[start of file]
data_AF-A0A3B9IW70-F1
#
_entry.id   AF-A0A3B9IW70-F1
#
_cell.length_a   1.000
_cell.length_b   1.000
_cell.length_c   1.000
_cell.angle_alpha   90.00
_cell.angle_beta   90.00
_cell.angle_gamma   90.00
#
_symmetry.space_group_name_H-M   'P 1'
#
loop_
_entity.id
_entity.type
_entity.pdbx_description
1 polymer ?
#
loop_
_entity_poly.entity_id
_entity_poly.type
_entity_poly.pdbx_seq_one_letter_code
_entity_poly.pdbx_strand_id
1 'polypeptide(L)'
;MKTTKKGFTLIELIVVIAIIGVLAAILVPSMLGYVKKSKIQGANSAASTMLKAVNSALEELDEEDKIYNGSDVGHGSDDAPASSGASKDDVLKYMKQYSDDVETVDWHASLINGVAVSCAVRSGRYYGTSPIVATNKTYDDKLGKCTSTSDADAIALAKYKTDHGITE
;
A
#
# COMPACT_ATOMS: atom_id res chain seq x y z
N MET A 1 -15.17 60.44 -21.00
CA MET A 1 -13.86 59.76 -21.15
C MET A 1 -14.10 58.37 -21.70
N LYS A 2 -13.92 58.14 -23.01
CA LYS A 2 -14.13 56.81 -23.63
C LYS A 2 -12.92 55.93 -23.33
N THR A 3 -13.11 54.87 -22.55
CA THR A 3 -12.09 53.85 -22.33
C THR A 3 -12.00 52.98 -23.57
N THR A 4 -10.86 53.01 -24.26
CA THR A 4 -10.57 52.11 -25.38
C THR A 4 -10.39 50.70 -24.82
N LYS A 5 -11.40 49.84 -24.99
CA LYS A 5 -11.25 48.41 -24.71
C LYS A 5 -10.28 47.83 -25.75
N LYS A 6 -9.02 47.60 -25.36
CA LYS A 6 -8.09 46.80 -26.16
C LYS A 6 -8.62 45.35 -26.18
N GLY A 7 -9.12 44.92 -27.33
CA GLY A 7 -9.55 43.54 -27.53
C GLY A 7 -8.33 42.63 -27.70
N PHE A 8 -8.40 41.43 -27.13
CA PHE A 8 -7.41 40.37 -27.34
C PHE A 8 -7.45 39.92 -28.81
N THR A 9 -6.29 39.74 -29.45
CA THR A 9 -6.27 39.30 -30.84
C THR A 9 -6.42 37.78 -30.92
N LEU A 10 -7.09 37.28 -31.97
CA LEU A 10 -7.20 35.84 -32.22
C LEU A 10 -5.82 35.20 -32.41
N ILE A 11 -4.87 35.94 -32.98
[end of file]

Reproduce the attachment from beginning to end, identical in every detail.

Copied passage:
data_AF-A0A3B9IW70-F1
#
_entry.id   AF-A0A3B9IW70-F1
#
_cell.length_a   1.000
_cell.length_b   1.000
_cell.length_c   1.000
_cell.angle_alpha   90.00
_cell.angle_beta   90.00
_cell.angle_gamma   90.00
#
_symmetry.space_group_name_H-M   'P 1'
#
loop_
_entity.id
_entity.type
_entity.pdbx_description
1 polymer ?
#
loop_
_entity_poly.entity_id
_entity_poly.type
_entity_poly.pdbx_seq_one_letter_code
_entity_poly.pdbx_strand_id
1 'polypeptide(L)'
;MKTTKKGFTLIELIVVIAIIGVLAAILVPSMLGYVKKSKIQGANSAASTMLKAVNSALEELDEEDKIYNGSDVGHGSDDAPASSGASKDDVLKYMKQYSDDVETVDWHASLINGVAVSCAVRSGRYYGTSPIVATNKTYDDKLGKCTSTSDADAIALAKYKTDHGITE
;
A
#
# COMPACT_ATOMS: atom_id res chain seq x y z
N MET A 1 -15.17 60.44 -21.00
CA MET A 1 -13.86 59.76 -21.15
C MET A 1 -14.10 58.37 -21.70
N LYS A 2 -13.92 58.14 -23.01
CA LYS A 2 -14.13 56.81 -23.63
C LYS A 2 -12.92 55.93 -23.33
N THR A 3 -13.11 54.87 -22.55
CA THR A 3 -12.09 53.85 -22.33
C THR A 3 -12.00 52.98 -23.57
N THR A 4 -10.86 53.01 -24.26
CA THR A 4 -10.57 52.11 -25.38
C THR A 4 -10.39 50.70 -24.82
N LYS A 5 -11.40 49.84 -24.99
CA LYS A 5 -11.25 48.41 -24.71
C LYS A 5 -10.28 47.83 -25.75
N LYS A 6 -9.02 47.60 -25.36
CA LYS A 6 -8.09 46.80 -26.16
C LYS A 6 -8.62 45.35 -26.18
N GLY A 7 -9.12 44.92 -27.33
CA GLY A 7 -9.55 43.54 -27.53
C GLY A 7 -8.33 42.63 -27.70
N PHE A 8 -8.40 41.43 -27.13
CA PHE A 8 -7.41 40.37 -27.34
C PHE A 8 -7.45 39.92 -28.81
N THR A 9 -6.29 39.74 -29.45
CA THR A 9 -6.27 39.30 -30.84
C THR A 9 -6.42 37.78 -30.92
N LEU A 10 -7.09 37.28 -31.97
CA LEU A 10 -7.20 35.84 -32.22
C LEU A 10 -5.82 35.20 -32.41
N ILE A 11 -4.87 35.94 -32.98